Some people seem to find writing cards to be one of the more onerous Christmas chores, but I love it. The ritual of seeking out the right cards (they must be aesthetically pleasing, and suitably festive, with just a faint religious overtone; and without animals in Santa hats); looking out and updating last year’s list; and sitting down with a good pen (crucial for non-spidery scrawl) to write what is, to some of the recipients, the annual and only correspondence that we share.
But, amidst the annual shower of glitter which inexplicably ends up everywhere once the cards are out of the box, this year brought a couple of previously-unconsidered concerns.
The first slight pause I found myself at came after signing my name at the bottom of the first card.
“Huh,” I stopped and sat up. The Writer looked at me from the sofa where he was battling with a book of essays.
“Well, I. Hmm. I suppose these should probably come from us both this year, shouldn’t they?”
For the first time at Christmas, I find myself not only in a long-term and functional (hurrah!) relationship, but one in which I’m (gulp) living with a boy. And whilst I’m absolutely fine with us living in the same place, sharing almost every element of life, whether that’s tea and films on the sofa on a Sunday afternoon, or one of us not being able to sleep and keeping the other awake for nights on end, the daft and miniscule act of putting both our names at the bottom of a bit of card somehow makes me feel rather grown-up, and frankly a bit fraudulent.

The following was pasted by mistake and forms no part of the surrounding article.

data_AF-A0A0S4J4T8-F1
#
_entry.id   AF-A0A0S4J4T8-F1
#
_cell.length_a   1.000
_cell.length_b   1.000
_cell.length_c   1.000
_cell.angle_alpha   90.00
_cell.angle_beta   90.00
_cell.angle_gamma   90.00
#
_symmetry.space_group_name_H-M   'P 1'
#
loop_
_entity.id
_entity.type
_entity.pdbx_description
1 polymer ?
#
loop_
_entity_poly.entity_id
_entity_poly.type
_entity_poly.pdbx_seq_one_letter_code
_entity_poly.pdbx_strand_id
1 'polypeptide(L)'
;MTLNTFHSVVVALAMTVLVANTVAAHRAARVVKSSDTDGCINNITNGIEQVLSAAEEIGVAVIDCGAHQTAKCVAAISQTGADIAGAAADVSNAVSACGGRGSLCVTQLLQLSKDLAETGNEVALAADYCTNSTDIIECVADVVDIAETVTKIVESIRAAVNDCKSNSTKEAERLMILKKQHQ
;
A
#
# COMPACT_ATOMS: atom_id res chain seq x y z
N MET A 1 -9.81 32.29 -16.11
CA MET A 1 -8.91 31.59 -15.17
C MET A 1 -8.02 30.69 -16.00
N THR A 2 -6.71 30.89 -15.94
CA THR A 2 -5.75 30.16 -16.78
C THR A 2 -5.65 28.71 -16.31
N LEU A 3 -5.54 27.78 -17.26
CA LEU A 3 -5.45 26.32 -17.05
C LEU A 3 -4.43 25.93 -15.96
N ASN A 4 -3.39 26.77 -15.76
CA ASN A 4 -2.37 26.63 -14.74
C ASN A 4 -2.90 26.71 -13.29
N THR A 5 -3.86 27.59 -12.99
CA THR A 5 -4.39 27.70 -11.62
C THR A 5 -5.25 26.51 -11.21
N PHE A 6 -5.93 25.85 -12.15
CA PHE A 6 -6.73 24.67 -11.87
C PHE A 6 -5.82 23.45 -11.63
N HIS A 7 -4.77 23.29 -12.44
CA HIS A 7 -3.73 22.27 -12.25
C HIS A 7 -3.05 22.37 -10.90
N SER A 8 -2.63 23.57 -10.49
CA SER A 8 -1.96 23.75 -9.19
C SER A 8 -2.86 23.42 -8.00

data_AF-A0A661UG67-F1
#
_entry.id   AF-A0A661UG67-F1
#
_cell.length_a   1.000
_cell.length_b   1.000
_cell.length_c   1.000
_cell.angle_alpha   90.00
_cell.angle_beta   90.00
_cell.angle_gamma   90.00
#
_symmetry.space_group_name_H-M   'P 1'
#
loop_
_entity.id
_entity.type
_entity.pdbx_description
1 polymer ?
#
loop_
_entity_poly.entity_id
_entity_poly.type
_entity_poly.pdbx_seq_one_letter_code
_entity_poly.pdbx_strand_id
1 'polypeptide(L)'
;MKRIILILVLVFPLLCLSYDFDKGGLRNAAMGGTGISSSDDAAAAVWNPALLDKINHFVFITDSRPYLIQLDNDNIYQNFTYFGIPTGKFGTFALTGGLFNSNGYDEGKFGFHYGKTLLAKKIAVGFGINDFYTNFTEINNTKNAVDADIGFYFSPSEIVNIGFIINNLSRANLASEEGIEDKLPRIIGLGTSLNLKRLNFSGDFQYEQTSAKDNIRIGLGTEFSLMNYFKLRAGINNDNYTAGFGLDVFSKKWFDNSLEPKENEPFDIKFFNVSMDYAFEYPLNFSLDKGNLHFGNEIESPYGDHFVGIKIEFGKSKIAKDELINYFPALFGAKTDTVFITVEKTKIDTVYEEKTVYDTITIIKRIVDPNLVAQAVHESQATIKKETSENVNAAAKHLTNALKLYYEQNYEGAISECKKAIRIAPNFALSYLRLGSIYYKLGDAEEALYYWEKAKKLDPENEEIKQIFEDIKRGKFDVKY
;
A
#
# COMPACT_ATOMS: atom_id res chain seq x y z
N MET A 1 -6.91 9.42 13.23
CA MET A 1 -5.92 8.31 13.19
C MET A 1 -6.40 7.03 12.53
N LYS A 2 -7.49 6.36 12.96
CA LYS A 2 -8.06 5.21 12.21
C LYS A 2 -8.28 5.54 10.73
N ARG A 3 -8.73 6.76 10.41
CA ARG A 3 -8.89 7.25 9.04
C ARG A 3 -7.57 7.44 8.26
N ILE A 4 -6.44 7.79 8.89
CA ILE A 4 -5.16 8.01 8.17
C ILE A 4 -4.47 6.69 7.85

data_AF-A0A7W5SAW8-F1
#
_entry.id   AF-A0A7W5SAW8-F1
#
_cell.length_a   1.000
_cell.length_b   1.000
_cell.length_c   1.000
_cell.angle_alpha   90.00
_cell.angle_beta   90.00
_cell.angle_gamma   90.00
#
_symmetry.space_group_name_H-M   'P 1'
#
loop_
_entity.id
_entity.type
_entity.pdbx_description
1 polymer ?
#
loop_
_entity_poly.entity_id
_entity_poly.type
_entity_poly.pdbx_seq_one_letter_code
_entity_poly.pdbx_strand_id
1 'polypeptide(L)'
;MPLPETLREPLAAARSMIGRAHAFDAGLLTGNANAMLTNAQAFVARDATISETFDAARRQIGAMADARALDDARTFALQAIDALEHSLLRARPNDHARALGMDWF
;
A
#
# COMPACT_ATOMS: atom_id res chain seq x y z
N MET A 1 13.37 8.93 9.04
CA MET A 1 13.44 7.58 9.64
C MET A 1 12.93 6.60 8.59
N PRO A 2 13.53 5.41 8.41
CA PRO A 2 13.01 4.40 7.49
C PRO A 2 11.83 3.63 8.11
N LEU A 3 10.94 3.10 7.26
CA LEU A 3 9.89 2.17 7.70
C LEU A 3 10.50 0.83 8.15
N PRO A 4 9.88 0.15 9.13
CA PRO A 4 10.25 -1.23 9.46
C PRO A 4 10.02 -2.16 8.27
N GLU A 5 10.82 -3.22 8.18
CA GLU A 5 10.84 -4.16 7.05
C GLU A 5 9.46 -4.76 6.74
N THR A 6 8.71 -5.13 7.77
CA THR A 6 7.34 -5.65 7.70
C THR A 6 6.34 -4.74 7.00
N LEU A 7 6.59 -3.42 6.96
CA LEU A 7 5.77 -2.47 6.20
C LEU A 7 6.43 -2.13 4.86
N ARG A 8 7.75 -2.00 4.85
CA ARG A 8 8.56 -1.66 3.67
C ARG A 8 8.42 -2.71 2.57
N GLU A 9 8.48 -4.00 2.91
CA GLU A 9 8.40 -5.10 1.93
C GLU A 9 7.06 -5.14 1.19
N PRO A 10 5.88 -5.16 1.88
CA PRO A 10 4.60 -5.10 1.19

Minor existential crisis was averted when I decided that, actually, it just made sense to split the cards down the lines of life: if the recipients are friends of the both of us, the card was signed by us both. For friends and family who haven’t met TW, or don’t know him well, I had all the space in the world for just my own little scrawl.
But my second sticking point was less easily solved. If you’re in the (yes, admittedly tiny. And yes, I should probably just get over it) section of the Venn diagram where “stickler for form” and “feminist” collide, addressing the Christmas card envelopes becomes something of a quandary.
Because sending cards addressed to the husband is fine if he’s the friend, but to send to a girlfriend under her husband’s name seems just a bit… well, patriarchal, frankly, if not a little rude. Why should something be addressed to him if really, in all honesty, she’s probably the one I’m sending it to? And obviously the answer is “because that’s how things are done”, but still. It grates, just ever so slightly. And the apparently practical solution of addressing it to both and putting lots of initials on the envelope would be fine, if it weren’t so aesthetically cluttered and displeasing.
With nearly 40 cards written, and a stack yet to do, I’ve not yet found a totally satisfactory solution to something which I’m almost certain is the very definition of a First World Problem. Still, I have enough glitter to last me until I have to face the problem next year, so at least I can wallow in sparkles whilst I ponder it.